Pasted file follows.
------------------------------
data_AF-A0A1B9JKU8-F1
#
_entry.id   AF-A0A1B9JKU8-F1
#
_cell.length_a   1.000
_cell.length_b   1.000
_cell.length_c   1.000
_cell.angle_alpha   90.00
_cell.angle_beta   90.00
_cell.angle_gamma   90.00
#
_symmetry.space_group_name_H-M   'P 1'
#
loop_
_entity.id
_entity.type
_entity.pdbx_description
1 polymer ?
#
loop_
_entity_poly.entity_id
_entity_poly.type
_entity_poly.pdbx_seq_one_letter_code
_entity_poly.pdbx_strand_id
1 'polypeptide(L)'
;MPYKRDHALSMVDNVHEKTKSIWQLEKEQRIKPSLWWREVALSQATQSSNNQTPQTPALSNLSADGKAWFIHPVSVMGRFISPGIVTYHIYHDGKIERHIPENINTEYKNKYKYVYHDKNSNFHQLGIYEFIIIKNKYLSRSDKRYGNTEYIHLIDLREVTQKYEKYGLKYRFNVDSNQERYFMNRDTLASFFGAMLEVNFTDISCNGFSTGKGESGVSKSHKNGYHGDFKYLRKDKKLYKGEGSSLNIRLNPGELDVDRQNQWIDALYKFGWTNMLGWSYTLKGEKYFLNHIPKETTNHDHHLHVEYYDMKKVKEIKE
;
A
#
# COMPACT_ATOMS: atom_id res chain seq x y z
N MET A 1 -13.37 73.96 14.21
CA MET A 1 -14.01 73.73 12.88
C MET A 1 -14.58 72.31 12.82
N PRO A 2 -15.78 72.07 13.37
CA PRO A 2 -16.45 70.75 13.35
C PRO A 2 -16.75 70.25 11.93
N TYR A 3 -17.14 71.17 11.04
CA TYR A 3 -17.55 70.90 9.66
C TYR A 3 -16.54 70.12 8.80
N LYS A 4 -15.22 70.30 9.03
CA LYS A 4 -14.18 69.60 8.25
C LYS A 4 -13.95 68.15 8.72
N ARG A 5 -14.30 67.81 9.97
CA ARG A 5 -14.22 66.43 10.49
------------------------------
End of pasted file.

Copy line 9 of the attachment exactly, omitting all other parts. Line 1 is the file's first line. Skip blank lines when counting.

_cell.angle_beta   90.00